How to Conduct Your Own Waste Audit.
It’s time to pull on the rubber gloves and root out waste in your work environment.A workplace waste audit can reveal how much and what types of waste your small business creates every day, and may uncover opportunities for reducing waste pickups and related costs.Consider this: a team of 20 people working in an office produces an average of nearly 5,000 pounds of waste each year! But don’t fret. According to the National Federation of Independent Business, up to 90 percent of workplace waste can be repurposed or recycled.
Ready To Get Started?
You’ll need a project leader, some rubber gloves, garbage bags or boxes for categorizing and sorting your materials, a scale for weighing the contents, and a worksheet to record your findings. If your garbage is picked up every day, plan on sorting each day’s waste over the course of five days. If your garbage is picked up weekly, one assessment at the end of the week should do the trick. Smart Tip: For true-to-life results, conduct your audit during a week when most of your employees are on site and not on vacation.
Define Your Categories:
At most workplaces, cardboard, paper, plastics, metals and food (including coffee grounds) make up the majority of what goes in the garbage. Depending on your business, you may want to add categories for packing materials, chemicals, electronics, and disposable products like pens, pencils and toner cartridges. Smart Tip: Create a category for questionable items such as batteries, and fluorescent and CFL bulbs – there are recycle-by-mail kits to handle these types of waste.
Collect and Sort:
Grab your rubber gloves and start digging, dropping items by category into their labeled bag or box. Make a scavenger hunt of it to make the task more appealing. Be sure to weigh boxes or crates prior to filling them to get an accurate measure.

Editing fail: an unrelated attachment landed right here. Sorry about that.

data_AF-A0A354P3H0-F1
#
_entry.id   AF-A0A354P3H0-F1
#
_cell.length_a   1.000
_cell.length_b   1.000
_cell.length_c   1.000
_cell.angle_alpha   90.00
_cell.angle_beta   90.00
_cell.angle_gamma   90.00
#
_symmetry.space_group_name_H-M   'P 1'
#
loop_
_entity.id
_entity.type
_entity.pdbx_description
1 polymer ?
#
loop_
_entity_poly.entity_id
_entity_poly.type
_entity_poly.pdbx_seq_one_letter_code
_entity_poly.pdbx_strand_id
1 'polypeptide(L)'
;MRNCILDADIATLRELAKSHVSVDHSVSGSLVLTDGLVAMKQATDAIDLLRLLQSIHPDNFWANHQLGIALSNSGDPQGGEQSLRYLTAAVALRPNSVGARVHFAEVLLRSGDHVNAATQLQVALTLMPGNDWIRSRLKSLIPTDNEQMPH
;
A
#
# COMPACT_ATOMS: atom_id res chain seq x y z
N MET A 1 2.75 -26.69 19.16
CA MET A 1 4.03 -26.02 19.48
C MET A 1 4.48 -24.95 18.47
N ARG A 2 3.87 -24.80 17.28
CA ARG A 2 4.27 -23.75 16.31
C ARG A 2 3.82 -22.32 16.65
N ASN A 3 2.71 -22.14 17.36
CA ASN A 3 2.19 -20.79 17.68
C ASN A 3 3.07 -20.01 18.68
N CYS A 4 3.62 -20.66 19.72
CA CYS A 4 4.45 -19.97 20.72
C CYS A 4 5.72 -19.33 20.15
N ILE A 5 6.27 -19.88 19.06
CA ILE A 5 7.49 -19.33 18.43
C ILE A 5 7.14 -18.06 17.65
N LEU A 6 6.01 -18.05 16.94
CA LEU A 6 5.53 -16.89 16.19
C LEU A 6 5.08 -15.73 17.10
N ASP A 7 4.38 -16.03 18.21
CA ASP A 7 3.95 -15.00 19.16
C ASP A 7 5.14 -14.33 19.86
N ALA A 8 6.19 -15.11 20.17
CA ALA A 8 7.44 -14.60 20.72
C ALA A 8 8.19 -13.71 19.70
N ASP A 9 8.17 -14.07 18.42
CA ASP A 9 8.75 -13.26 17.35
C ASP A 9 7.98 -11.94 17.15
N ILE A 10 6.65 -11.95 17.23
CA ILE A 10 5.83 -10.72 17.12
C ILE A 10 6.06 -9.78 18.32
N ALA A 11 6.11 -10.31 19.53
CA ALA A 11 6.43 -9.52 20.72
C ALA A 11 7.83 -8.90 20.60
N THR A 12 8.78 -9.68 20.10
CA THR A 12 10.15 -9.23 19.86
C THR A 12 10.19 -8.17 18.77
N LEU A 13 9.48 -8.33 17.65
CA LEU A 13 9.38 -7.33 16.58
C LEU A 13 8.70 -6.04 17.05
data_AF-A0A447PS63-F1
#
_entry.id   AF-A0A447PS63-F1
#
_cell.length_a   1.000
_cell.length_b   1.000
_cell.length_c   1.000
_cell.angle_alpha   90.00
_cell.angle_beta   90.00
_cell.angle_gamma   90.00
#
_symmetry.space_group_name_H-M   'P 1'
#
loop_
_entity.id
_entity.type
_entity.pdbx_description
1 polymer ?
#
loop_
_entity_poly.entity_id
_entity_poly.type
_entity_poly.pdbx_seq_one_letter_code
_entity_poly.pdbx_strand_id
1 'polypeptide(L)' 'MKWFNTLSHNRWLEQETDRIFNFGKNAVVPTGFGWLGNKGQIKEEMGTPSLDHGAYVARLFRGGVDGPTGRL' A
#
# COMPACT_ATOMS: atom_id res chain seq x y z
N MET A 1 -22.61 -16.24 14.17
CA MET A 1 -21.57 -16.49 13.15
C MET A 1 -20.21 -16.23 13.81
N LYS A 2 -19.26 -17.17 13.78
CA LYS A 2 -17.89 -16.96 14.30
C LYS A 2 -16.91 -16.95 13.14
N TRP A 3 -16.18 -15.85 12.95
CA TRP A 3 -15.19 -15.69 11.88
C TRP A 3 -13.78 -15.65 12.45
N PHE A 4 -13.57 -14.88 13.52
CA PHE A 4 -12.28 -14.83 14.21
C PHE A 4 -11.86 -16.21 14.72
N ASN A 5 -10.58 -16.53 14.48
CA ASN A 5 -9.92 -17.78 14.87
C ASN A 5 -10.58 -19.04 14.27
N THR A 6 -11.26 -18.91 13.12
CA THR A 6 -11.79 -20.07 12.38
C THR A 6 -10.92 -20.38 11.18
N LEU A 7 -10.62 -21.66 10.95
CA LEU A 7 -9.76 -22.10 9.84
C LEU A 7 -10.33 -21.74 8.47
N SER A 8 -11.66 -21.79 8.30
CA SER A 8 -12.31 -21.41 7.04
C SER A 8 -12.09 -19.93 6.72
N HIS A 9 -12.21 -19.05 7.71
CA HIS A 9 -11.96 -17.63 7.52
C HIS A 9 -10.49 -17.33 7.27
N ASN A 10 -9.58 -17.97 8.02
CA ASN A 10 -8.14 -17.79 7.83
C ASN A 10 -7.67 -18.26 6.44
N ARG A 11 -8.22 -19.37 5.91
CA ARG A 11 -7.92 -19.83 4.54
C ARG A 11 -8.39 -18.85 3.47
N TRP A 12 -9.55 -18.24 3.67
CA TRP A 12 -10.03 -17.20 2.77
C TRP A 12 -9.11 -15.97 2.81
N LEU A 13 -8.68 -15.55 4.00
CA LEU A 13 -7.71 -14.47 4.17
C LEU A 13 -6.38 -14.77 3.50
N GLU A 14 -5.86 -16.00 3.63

Weigh and Record:
One by one, place each sorted category container on your scale, subtracting the weight of the container itself. Mark each category’s weight in your worksheet. Now it’s time to see how your waste adds up. If you’re doing a daily audit, multiply the weights of each category by the number of days your business is open each year. For example, if you’re open 300 days a year, multiply each category’s weight by 300. For a weekly audit, multiply each category’s weight by the number of weeks you’re open each year. How did your business stack up? Smart Tip: Don’t feel like doing it yourself? Waste Management offers a waste audit for new customers.
Now that you have a true assessment of the types and amount of waste your business is generating, it’s time to do something about it. If your audit revealed that cardboard, paper, plastics and metals outweighed your regular garbage, you should definitely consider adding recycling service to your regular waste schedule. If you find that electronics waste and hazardous materials make up a good percentage of your regular waste stream, Waste Management has programs that can help you deal with them responsibly and environmentally. Finally, try integrating a “one last use” mindset into your business culture – stapled together, used copy paper makes for excellent doodle pads.